With September drawing to a close, harvests across the northeast are getting close to doing the same. Post-harvest, farmers know that preparing for winter is one of the busiest and most important times of the year. Indeed, work done in the fall can save time, effort, and money in the spring.
After crops are off (and ideally before fall rains start in earnest) there is a window of opportunity to get into the field and do scouting. It’s a perfect time to conduct soil sampling, so that over the winter samples can be tested and nutrient and soil management plans can be drafted, ready to be put into action when spring arrives.
While sampling, it’s also a good idea to scout tile drainage outlets for any damage or blockages. Damaged tile or blocked ditches can cause water to pool in fields in the fall and winter, where it can freeze and kill cover crops and take longer to thaw in the spring. These issues with ditches and pipes can also cause washouts during peak water levels in spring, sloughing off valuable topsoil. Having a well-maintained drainage system ensures that fields are accessible and can be planted as early as possible in the spring.
Fall is also a good time to control perennial weeds. Applying an herbicide can knock the weeds down and reduce their ability to overwinter, without the concerns of the herbicide damaging growing crops.
Spreading lime on acidic soils is another task that can be done in the fall. That way the lime particles have time to start breaking down and neutralizing the soil before planting. This helps to avoid the risk of crops being damaged by excessive alkalinity of lime that hasn’t had time to break down. In no-till fields, the freezing and thawing process of ground in the fall and spring can help incorporate lime into the soil.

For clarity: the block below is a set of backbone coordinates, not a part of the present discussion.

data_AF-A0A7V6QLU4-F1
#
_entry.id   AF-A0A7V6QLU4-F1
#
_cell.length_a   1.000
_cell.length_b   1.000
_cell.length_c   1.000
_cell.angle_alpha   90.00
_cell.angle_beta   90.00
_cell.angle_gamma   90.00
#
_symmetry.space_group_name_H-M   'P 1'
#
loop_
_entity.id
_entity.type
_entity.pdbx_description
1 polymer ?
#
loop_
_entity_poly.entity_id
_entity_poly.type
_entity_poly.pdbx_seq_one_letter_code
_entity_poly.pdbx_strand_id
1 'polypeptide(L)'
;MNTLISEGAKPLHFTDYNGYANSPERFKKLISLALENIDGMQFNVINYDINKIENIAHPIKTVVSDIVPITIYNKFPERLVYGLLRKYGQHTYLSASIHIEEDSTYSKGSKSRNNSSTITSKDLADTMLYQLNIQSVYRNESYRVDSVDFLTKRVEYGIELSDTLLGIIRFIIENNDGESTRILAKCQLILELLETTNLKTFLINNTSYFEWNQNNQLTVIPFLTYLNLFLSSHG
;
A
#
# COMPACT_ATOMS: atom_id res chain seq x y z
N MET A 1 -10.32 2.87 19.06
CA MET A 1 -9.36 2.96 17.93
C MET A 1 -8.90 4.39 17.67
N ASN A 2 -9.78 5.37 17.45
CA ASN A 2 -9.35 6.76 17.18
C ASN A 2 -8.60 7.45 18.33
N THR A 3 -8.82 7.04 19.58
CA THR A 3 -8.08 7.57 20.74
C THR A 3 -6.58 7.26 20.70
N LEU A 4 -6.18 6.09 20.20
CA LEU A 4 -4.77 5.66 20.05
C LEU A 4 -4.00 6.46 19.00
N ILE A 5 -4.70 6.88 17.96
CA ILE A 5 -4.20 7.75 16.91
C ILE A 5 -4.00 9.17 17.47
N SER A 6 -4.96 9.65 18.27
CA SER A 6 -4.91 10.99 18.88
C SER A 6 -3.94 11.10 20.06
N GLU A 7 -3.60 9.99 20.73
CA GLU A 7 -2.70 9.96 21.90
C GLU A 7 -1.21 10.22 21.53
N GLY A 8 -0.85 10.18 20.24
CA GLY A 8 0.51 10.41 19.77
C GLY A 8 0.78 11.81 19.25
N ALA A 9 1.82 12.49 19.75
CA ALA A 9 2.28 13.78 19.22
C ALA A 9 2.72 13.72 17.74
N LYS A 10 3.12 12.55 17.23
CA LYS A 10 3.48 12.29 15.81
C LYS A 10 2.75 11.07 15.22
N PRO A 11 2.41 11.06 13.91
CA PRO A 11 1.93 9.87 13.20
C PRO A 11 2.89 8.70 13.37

Equipment maintenance in the fall is just as important as any fieldwork. Before being stored for the winter, implements should be cleaned, greased, checked for leaks, and repaired if necessary. Equipment that’s not going to be used during the winter should be stored inside if possible. Equipment that can be cleaned with water can be hosed down, while pressurized air can be used to clean off more fragile equipment. Any parts that look worn can be ordered and replaced (or simply held in stock) during the winter.
Equipment that will be used throughout the winter should be maintained similarly and winterized. Tractors that will be operated through the winter can be treated with a fuel additive to ensure that diesel won’t turn into jelly at low temperatures or gum up the filter. Block heaters and their cords should be checked to make sure they’re in good condition before the cold weather sets in.
There’s nothing more frustrating than fixing a washout or having your equipment sitting idle waiting for a part while the sun is shining and your neighbours are planting. Always remember that regular maintenance in the fall can pay dividends in the spring.